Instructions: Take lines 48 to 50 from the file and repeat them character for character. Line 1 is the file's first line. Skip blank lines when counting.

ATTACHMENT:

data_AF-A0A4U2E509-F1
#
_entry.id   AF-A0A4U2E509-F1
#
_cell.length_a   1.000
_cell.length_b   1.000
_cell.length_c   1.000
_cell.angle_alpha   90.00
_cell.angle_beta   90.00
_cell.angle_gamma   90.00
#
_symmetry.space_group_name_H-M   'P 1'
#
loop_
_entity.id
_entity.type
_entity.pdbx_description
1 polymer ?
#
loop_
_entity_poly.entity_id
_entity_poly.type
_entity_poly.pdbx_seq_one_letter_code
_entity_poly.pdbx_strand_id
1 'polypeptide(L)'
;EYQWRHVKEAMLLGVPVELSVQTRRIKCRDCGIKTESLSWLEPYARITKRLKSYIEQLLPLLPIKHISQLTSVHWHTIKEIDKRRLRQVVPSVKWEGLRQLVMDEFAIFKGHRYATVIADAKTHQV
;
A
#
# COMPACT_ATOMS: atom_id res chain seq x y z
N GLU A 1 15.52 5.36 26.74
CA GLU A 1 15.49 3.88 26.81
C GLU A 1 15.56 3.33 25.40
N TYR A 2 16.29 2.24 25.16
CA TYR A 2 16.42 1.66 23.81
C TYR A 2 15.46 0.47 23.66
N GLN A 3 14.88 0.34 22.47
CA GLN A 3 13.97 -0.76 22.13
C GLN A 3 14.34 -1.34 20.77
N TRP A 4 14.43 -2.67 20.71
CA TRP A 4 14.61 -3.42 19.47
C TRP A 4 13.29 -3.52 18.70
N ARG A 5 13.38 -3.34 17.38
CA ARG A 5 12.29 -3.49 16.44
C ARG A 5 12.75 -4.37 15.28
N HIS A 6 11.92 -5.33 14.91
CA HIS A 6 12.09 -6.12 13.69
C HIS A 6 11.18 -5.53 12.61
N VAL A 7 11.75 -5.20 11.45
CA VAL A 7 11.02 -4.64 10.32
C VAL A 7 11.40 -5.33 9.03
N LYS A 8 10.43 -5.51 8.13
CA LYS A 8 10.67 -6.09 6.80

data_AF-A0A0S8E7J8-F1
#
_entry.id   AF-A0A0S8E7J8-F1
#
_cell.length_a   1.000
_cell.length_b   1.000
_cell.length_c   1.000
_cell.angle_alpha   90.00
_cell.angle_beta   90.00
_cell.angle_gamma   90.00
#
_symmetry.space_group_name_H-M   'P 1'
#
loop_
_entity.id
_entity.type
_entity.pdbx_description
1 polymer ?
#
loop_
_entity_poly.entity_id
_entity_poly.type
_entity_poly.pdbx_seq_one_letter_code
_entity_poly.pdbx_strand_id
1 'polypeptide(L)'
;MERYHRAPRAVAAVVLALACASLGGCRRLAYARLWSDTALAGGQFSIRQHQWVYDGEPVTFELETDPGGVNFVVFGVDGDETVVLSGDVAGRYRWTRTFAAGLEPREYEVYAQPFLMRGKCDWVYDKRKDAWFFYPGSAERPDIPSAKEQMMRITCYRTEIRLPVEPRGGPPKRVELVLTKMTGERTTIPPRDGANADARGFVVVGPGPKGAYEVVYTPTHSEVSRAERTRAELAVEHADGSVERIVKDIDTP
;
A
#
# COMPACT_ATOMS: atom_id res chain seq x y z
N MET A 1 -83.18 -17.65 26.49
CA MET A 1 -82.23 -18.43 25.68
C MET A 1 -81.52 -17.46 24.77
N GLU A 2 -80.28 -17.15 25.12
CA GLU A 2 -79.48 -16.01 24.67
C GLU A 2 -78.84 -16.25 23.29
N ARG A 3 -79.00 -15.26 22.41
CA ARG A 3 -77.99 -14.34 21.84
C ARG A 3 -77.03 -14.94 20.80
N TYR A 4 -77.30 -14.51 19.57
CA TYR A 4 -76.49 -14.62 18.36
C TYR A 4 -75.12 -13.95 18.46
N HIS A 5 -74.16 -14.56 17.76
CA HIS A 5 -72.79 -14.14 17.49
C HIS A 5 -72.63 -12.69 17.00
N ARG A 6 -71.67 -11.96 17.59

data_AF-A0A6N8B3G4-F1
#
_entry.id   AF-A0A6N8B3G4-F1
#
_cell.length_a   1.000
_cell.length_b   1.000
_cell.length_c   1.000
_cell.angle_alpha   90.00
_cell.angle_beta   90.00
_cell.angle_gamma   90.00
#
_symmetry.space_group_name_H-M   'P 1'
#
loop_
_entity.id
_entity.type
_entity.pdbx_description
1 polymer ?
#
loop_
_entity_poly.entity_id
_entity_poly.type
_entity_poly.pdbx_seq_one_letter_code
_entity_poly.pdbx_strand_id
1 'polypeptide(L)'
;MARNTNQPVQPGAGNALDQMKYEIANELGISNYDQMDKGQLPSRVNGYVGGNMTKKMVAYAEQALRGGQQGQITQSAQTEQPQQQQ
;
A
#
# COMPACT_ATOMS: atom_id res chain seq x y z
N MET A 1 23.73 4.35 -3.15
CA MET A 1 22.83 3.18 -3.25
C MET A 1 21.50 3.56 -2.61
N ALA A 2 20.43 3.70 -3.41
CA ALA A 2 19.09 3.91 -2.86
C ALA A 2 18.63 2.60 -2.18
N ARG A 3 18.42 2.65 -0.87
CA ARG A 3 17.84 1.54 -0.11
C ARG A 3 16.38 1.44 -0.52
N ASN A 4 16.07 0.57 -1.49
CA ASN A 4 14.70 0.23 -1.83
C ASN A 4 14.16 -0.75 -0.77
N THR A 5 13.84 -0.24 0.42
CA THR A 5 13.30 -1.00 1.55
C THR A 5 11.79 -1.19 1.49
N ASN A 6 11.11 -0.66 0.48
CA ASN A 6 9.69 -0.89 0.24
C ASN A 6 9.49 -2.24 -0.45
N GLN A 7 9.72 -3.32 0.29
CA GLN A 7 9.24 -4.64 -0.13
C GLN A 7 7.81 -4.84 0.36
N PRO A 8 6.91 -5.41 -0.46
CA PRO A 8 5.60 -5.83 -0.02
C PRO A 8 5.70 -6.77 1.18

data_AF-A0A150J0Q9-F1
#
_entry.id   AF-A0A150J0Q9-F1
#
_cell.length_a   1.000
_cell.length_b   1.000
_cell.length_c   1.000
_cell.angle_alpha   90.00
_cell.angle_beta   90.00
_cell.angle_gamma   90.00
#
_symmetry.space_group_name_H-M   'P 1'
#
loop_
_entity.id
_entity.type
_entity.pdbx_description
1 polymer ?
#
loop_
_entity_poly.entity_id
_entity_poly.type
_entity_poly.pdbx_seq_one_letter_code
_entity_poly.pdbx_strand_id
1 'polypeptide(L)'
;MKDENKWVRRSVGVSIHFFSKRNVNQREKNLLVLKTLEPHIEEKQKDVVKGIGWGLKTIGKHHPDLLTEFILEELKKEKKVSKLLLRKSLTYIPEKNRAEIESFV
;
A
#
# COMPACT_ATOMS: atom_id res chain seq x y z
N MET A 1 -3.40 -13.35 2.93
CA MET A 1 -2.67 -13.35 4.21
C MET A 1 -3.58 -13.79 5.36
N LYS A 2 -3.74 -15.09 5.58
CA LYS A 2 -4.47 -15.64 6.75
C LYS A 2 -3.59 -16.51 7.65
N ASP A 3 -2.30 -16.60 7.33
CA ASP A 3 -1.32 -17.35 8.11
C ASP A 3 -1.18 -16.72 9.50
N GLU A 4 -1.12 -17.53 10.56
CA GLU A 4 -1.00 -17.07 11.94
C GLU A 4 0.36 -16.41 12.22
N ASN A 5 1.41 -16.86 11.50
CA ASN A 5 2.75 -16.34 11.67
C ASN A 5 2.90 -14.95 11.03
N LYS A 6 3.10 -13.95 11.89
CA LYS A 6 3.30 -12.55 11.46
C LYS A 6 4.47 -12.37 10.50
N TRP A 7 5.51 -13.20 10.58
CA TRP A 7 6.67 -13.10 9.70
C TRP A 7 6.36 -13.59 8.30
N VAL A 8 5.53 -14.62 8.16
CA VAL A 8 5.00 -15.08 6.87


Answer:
C HIS A 6 11.18 -5.53 12.61
N VAL A 7 11.75 -5.20 11.45
CA VAL A 7 11.02 -4.64 10.32